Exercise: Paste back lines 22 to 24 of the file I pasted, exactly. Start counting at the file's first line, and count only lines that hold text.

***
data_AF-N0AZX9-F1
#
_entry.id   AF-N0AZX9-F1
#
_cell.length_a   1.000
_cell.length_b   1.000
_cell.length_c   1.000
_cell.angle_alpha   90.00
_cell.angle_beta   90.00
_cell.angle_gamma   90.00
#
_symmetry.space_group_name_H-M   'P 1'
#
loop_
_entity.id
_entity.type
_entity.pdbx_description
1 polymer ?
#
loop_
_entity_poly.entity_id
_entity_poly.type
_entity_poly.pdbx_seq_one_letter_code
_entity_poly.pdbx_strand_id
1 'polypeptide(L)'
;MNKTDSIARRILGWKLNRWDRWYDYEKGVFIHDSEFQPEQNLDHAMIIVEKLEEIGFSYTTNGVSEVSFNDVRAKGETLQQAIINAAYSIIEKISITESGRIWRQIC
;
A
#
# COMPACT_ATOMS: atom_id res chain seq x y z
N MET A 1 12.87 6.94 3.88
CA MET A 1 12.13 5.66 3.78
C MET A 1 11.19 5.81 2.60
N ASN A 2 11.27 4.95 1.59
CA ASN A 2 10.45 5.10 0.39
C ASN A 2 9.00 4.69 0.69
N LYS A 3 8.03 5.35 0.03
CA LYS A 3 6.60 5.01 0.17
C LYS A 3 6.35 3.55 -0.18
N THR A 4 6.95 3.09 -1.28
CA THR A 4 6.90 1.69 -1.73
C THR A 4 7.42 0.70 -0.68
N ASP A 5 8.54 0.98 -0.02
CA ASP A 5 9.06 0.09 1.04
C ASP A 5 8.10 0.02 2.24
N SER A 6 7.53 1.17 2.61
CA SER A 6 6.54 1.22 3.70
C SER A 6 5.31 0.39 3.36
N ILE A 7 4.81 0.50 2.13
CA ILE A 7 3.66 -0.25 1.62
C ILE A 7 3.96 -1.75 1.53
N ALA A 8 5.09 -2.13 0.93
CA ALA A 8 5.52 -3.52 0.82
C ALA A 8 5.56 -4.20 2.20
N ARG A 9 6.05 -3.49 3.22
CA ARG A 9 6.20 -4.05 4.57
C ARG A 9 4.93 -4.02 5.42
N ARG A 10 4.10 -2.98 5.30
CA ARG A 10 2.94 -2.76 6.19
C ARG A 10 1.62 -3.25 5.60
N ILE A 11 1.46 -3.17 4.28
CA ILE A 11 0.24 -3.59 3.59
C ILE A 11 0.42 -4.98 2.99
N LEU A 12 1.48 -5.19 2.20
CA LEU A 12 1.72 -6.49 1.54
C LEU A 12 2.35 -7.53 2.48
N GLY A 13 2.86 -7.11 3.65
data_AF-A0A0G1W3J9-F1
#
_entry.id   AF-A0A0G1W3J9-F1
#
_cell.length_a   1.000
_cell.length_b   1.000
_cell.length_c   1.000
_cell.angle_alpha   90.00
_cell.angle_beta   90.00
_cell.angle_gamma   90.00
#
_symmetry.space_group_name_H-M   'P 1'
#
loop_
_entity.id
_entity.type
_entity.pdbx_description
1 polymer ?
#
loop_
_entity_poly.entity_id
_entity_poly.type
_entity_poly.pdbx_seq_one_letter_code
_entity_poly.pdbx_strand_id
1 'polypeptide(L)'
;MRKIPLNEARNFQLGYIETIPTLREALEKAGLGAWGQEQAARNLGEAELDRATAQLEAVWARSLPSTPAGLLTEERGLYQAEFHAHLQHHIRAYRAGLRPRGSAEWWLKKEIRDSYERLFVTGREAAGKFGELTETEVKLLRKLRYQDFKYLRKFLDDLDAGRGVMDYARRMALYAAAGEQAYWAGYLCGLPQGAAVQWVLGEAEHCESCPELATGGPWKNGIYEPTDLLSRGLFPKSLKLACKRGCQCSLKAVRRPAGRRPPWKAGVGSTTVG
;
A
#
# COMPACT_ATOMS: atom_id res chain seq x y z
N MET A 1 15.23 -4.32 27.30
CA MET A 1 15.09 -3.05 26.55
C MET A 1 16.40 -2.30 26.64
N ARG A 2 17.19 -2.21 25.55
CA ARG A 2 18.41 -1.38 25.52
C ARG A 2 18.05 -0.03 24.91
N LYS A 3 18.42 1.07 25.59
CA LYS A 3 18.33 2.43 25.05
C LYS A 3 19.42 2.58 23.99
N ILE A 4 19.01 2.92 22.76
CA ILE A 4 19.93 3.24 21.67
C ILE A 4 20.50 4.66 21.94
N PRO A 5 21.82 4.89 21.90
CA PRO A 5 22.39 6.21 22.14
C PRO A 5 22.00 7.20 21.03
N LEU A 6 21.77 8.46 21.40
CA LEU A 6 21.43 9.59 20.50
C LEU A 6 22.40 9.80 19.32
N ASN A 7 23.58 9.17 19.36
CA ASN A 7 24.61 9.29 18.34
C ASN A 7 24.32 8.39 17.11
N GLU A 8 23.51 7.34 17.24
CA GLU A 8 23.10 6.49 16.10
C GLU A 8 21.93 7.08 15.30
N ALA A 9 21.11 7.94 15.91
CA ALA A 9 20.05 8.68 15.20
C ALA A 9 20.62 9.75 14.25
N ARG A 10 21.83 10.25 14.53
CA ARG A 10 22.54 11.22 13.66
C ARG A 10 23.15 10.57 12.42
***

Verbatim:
_entity_poly.type
_entity_poly.pdbx_seq_one_letter_code
_entity_poly.pdbx_strand_id